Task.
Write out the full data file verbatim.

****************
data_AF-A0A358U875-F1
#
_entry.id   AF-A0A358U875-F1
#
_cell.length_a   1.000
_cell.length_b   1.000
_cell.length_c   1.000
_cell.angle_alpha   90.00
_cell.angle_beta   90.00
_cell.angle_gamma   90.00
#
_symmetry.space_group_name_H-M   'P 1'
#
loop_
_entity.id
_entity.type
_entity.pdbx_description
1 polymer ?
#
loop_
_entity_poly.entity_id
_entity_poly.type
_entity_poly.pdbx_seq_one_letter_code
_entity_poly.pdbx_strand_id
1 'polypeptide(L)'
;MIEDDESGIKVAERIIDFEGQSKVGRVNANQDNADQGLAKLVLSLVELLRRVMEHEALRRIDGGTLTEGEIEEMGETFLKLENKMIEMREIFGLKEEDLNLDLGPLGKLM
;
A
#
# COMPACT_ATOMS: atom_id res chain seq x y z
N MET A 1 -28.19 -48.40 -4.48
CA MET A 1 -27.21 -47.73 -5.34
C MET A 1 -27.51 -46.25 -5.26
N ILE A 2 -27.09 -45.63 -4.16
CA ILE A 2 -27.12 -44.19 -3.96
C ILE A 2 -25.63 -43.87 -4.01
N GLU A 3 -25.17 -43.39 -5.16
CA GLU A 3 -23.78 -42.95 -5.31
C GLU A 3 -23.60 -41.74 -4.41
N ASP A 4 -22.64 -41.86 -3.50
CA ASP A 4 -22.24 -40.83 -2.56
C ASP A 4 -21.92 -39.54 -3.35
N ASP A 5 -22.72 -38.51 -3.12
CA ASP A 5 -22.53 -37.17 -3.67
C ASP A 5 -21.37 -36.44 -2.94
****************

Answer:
data_AF-A0A358U875-F1
#
_entry.id   AF-A0A358U875-F1
#
_cell.length_a   1.000
_cell.length_b   1.000
_cell.length_c   1.000
_cell.angle_alpha   90.00
_cell.angle_beta   90.00
_cell.angle_gamma   90.00
#
_symmetry.space_group_name_H-M   'P 1'
#
loop_
_entity.id
_entity.type
_entity.pdbx_description
1 polymer ?
#
loop_
_entity_poly.entity_id
_entity_poly.type
_entity_poly.pdbx_seq_one_letter_code
_entity_poly.pdbx_strand_id
1 'polypeptide(L)'
;MIEDDESGIKVAERIIDFEGQSKVGRVNANQDNADQGLAKLVLSLVELLRRVMEHEALRRIDGGTLTEGEIEEMGETFLKLENKMIEMREIFGLKEEDLNLDLGPLGKLM
;
A
#
# COMPACT_ATOMS: atom_id res chain seq x y z
N MET A 1 -28.19 -48.40 -4.48
CA MET A 1 -27.21 -47.73 -5.34
C MET A 1 -27.51 -46.25 -5.26
N ILE A 2 -27.09 -45.63 -4.16
CA ILE A 2 -27.12 -44.19 -3.96
C ILE A 2 -25.63 -43.87 -4.01
N GLU A 3 -25.17 -43.39 -5.16
CA GLU A 3 -23.78 -42.95 -5.31
C GLU A 3 -23.60 -41.74 -4.41
N ASP A 4 -22.64 -41.86 -3.50
CA ASP A 4 -22.24 -40.83 -2.56
C ASP A 4 -21.92 -39.54 -3.35
N ASP A 5 -22.72 -38.51 -3.12
CA ASP A 5 -22.53 -37.17 -3.67
C ASP A 5 -21.37 -36.44 -2.94